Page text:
Insulin-like growth factor-I (IGF-I) has mitogenic and anti-apoptotic effects on breast cancer cells. Epidemiologic studies have shown that high plasma levels of IGF-I and low levels of IGF binding protein (BP)-3 are associated with increased risk of breast cancer in premenopausal women. The actions of IGF-I are mediated through the IGF-I receptor (IGF-IR) and are regulated by IGFBPs. In circulation, most of the IGF-I binds to IGFBP-3, and binding of IGF-I to IGFBP-3 inhibits the actions of IGF-I. Since free IGF-I, which does not bind to IGFBPs, can readily cross the endothelial barrier to interact with IGF-IR, circulating free IGF-I is thought to be more relevant to the biologic activity of IGF-I. To examine the association of free IGF-I with breast cancer, we compared free IGF-I levels between 40 newly diagnosed breast cancer patients and 40 age- and race-matched healthy controls. Plasma levels of free IGF-I, total IGF-I and IGF-II, as well as total, intact and fragment IGFBP-3, were measured using commercial immunoassay kits. The association between IGF-I and breast cancer was examined using the conditional logistic regression analysis. Analysis of correlation (Spearman) showed that free IGF-I was correlated with total IGF-I and IGFBP-3 but not with IGF-II. The odds ratios for breast cancer patients having high plasma IGF-I (> or = median) after adjusting for menopausal status and IGFBP-3 were 2.00 (p < o r = 0.376) for total IGF-I and 6.31 (p < or = 0.047) for free IGF-I. A high ratio of IGF-I to IGFBP-3 was also associated with breast cancer (p < 0.05). No association was found for IGF-II, nor for total, intact and fragment IGFBP-3. The findings of this study suggest that measuring free IGF-I in circulation is more useful than measuring total IGF-I with respect to evaluation of an association between IGF-I and breast cancer risk.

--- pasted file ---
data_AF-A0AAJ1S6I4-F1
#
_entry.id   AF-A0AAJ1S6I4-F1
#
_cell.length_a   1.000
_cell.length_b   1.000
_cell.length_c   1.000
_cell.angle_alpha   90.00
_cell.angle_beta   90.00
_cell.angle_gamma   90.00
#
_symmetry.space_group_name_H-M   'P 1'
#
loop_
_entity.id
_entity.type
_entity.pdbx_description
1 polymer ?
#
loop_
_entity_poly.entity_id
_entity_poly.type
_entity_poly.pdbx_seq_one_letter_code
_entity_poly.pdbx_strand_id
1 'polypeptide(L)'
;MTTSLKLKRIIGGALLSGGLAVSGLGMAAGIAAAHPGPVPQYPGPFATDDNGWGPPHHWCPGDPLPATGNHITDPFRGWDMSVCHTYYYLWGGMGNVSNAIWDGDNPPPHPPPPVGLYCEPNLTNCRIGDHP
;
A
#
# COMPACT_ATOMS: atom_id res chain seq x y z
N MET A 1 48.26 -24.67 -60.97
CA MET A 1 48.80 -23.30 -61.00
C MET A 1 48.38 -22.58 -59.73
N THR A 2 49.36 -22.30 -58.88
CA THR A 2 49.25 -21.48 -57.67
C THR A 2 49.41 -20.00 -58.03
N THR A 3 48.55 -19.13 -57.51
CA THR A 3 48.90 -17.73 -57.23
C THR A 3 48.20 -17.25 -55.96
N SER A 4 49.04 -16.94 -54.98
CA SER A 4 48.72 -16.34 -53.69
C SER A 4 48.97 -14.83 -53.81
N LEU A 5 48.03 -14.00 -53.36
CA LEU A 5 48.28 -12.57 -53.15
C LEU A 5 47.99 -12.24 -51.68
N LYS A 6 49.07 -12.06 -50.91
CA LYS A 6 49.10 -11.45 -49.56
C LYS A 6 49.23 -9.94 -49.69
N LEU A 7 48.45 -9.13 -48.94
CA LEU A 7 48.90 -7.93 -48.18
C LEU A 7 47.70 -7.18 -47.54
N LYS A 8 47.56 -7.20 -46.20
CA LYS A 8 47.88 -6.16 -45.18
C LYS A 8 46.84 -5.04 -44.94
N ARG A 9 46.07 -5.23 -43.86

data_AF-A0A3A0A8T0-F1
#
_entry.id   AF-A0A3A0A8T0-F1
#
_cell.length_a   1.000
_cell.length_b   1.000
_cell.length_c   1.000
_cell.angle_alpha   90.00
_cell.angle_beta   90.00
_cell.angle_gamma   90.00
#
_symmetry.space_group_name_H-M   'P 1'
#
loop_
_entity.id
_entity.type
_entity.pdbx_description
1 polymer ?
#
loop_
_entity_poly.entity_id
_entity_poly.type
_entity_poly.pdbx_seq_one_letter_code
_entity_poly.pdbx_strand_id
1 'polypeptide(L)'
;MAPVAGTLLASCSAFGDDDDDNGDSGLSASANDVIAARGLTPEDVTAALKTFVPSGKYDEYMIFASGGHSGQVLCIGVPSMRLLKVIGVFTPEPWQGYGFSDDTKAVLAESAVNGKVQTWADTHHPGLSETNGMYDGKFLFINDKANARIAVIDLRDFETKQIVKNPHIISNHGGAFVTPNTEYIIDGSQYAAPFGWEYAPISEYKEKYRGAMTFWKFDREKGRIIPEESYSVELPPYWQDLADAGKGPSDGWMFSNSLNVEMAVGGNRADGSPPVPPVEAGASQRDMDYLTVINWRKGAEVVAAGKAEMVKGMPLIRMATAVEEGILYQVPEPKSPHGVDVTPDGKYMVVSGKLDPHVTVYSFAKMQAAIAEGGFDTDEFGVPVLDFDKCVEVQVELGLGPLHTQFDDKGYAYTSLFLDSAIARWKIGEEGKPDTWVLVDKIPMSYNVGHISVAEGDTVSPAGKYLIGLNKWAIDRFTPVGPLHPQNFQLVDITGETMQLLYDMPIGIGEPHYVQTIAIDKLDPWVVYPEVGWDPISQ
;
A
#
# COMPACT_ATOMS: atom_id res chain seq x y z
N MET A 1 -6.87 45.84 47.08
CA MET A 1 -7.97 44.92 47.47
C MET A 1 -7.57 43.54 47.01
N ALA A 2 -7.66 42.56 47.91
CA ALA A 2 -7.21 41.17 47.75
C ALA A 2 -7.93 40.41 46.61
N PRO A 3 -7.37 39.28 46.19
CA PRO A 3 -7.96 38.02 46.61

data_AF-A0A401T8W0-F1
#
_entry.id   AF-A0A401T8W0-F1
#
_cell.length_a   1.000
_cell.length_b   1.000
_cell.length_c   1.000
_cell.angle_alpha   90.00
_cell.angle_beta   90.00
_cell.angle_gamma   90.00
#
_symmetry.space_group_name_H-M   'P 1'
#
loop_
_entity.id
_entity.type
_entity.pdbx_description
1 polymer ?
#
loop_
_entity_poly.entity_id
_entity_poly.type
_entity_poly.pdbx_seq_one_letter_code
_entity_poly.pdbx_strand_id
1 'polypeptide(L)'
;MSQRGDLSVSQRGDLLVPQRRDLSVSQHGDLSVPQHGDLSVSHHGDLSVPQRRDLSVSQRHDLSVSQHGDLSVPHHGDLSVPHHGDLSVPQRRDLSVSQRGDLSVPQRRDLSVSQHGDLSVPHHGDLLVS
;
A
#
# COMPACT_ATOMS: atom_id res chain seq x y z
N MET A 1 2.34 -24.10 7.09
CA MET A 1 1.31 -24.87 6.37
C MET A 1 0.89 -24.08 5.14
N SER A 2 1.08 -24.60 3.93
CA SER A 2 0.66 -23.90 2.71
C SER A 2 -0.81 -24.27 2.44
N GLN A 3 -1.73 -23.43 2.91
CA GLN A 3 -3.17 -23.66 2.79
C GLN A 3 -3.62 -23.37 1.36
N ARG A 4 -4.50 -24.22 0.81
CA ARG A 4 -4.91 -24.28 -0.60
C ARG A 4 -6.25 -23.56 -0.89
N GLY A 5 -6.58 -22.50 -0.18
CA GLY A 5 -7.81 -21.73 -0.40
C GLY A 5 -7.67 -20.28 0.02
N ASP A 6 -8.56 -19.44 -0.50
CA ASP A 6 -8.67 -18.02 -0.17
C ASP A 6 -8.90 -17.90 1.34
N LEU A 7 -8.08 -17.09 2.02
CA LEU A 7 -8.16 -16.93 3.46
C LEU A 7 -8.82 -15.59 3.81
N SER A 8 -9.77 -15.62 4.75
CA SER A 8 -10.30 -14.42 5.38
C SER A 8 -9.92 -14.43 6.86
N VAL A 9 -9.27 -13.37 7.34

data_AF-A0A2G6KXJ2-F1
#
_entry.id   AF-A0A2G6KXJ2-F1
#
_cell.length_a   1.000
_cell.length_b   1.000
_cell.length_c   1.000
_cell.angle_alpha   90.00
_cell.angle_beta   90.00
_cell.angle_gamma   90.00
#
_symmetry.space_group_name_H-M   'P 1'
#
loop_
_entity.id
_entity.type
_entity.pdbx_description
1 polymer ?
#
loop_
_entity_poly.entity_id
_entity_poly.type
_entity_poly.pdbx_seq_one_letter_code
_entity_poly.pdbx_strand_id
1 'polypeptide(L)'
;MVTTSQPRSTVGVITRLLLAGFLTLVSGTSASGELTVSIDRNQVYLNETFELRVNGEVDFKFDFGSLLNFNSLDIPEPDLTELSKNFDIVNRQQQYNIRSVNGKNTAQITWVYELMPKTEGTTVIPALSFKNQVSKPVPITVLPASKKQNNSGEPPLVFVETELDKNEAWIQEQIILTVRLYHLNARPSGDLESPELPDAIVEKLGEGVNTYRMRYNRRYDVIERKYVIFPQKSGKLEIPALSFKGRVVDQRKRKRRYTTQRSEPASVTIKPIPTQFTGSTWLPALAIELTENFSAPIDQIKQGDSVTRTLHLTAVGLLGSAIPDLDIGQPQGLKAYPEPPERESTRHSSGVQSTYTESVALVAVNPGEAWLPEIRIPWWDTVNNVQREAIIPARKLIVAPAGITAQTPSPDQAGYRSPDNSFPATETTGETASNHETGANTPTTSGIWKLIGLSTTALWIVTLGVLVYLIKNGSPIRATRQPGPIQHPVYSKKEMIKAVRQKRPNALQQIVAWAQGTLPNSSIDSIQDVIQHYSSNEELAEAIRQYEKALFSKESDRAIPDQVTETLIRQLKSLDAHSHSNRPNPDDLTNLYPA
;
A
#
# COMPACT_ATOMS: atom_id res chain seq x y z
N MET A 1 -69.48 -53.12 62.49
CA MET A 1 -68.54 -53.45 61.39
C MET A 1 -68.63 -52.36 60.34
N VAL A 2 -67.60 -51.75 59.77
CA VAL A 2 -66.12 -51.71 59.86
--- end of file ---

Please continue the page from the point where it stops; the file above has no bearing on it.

Copyright 2001 Wiley-Liss, Inc.